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If you won the lottery, what would you spend your winnings on?
That's the question that has been dreamily discussed by countless ticket-buyers down the years. But if you actually do win the lottery, as well as deciding what to spend your millions on, you also have another very important quandary to ponder - do you go public?
Last week, it was announced that someone in the UK had won the £184 million EuroMillions jackpot, becoming the UK's biggest ever National Lottery winners.
Since the news broke, people across the country have been wondering who the lucky blighters could be, and now they've made themselves known.
Joe and Jess Thwaite made the decision to step out of the shadows and hold aloft the life-changing mega cheque with pride, leaving the rest of us to look on in envy.
And while holding the massive cheque and spraying champagne everywhere does look like good fun, it's a big decision to announce to the world that you've just had the best part of £200 million transferred into your bank account.
Surely the Thwaites can now expect an influx of 'second cousins' knocking on their door looking for a slice of the pie. So why go public?
Speaking to LADbible, Andy Carter - senior winners' advisor at Camelot (the company which runs the lottery) - said 'it's not for everyone', and the decision needs to be made on a case-by-case basis.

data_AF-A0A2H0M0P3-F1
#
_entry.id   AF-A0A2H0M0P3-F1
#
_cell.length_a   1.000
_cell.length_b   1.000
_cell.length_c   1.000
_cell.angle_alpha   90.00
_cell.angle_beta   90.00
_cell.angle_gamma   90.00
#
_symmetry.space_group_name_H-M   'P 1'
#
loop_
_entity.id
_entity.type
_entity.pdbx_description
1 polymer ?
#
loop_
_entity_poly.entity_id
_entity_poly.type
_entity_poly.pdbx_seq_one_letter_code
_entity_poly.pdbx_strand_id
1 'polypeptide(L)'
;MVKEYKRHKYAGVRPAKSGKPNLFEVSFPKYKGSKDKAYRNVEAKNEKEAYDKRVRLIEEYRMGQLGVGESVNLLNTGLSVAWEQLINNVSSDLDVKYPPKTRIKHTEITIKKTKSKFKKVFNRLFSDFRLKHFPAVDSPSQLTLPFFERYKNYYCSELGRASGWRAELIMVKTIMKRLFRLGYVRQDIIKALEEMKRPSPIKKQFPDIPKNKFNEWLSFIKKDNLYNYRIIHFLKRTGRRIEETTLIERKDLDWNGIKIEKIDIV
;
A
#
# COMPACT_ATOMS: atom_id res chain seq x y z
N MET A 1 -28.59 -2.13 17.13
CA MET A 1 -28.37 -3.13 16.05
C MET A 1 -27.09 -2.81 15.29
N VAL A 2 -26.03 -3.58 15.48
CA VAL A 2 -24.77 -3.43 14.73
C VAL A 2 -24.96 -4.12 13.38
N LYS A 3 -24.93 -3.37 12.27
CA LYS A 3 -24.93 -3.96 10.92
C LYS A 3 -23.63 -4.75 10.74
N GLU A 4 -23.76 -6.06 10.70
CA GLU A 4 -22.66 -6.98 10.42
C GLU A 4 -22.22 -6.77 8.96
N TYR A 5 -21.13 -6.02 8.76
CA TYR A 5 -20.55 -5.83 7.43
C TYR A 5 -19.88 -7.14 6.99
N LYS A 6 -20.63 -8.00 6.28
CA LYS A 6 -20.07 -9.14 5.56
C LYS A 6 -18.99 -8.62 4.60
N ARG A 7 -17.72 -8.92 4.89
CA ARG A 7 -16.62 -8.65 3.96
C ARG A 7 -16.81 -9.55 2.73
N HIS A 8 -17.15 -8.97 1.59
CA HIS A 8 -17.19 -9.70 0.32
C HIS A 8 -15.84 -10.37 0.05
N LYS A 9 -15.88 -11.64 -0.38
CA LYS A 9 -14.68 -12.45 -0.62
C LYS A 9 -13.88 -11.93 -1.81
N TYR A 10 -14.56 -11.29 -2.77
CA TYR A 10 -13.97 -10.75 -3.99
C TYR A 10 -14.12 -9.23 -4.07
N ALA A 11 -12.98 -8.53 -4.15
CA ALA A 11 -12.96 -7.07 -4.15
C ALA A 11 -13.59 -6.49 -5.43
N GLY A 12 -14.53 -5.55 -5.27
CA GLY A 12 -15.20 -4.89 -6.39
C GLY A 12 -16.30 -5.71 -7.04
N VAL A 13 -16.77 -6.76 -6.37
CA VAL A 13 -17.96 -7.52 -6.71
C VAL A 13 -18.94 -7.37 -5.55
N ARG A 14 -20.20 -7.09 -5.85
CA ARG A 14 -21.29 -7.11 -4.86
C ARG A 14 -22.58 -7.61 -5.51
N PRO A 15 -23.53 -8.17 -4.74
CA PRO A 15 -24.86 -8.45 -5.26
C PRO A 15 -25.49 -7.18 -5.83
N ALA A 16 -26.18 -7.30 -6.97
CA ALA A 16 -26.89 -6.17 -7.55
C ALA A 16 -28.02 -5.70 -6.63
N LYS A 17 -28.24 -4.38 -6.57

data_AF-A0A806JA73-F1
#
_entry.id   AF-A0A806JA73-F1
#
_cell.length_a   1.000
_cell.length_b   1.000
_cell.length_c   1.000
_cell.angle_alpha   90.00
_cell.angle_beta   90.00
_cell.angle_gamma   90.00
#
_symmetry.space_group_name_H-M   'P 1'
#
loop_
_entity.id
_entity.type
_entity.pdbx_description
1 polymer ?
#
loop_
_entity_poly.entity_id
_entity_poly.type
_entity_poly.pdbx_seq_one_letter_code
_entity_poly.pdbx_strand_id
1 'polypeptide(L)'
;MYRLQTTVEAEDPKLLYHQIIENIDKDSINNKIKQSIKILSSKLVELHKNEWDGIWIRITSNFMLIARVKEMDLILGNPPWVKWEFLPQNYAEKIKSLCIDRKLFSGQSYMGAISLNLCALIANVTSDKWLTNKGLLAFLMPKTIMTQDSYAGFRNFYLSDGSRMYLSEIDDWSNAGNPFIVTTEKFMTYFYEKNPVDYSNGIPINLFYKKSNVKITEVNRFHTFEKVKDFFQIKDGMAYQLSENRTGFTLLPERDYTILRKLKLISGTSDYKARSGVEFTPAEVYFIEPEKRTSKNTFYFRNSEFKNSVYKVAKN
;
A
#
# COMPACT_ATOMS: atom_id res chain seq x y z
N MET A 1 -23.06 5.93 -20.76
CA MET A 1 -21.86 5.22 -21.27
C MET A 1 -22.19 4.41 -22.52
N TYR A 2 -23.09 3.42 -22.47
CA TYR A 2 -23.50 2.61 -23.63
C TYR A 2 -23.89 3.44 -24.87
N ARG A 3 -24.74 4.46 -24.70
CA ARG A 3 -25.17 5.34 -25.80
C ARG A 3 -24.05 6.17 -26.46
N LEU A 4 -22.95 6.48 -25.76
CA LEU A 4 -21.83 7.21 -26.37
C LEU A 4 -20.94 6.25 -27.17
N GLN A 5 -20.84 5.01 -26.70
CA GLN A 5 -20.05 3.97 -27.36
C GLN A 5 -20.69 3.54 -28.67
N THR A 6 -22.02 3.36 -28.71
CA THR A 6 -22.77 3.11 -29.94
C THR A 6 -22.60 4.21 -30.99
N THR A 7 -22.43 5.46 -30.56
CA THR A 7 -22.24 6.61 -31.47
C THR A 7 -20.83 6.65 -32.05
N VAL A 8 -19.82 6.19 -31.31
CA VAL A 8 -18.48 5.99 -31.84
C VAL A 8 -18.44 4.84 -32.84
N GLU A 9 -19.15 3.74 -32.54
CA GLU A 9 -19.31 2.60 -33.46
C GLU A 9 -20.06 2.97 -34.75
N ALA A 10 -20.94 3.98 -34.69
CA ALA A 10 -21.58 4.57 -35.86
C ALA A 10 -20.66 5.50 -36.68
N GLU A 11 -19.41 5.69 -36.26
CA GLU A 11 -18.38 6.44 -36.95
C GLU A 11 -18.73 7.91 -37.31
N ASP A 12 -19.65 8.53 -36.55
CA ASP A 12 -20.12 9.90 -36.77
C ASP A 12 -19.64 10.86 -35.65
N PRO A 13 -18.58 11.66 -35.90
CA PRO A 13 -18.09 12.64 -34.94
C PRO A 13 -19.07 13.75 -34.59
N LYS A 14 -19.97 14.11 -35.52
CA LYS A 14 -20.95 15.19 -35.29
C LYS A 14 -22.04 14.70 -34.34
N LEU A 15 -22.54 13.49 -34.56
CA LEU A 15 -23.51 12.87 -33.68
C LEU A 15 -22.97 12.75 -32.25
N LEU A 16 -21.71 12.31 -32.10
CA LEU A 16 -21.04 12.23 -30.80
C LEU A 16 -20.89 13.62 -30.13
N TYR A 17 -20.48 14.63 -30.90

He explained: "It all depends really on how much you've won, your circumstances, how old you are, your family set-up, what you've got going on in your life.
"Really, you've got to sort of think to yourself, £184 million is quite a difficult amount of money to hide.
"Inevitably, if you want to do lots of good - whether it's helping other people, or doing fantastic things for your community or for charities - it's very obvious. It's difficult to hide mass amounts of money.
"So sharing the win actually enables the story to be got out there so everybody knows exactly what has happened."
He continued: "You've got to consider, can you hide £184 million? It's a big story, the biggest lottery jackpot ever in the UK, it's of interest to people.
"As soon as that draw was made, everyone was talking about who's won this money. You've got to sort of think forward. You want to really make a difference to people's lives; everyone would have someone they want to gift to or help pay.
"Now, if you're suddenly gifting someone, multi millions of pounds, they're gonna want to know where that came from."
As such, while the Thwaites' friends or family members would no doubt gratefully receive hefty donations in way, shape or form, Carter said it might be less burdensome to receive if it doesn't come with a secrecy string attached.
He said: "They want to make sure that they don't burden their friends or family with secrets - secrets are difficult to keep, aren't they?
"And especially with such a vast amount, such a vast amount that actually the figures involved are eye-watering."
He added that going public is in no way incentivised and there is a 'whole suite of advice' on offer to lottery winners.
As for the Thwaites, the money is already in their bank accounts and the world is now very much their oyster.
I'm sure I can speak on behalf of all of us when I say that we're absolutely delighted for them and not in the least bit jealous.
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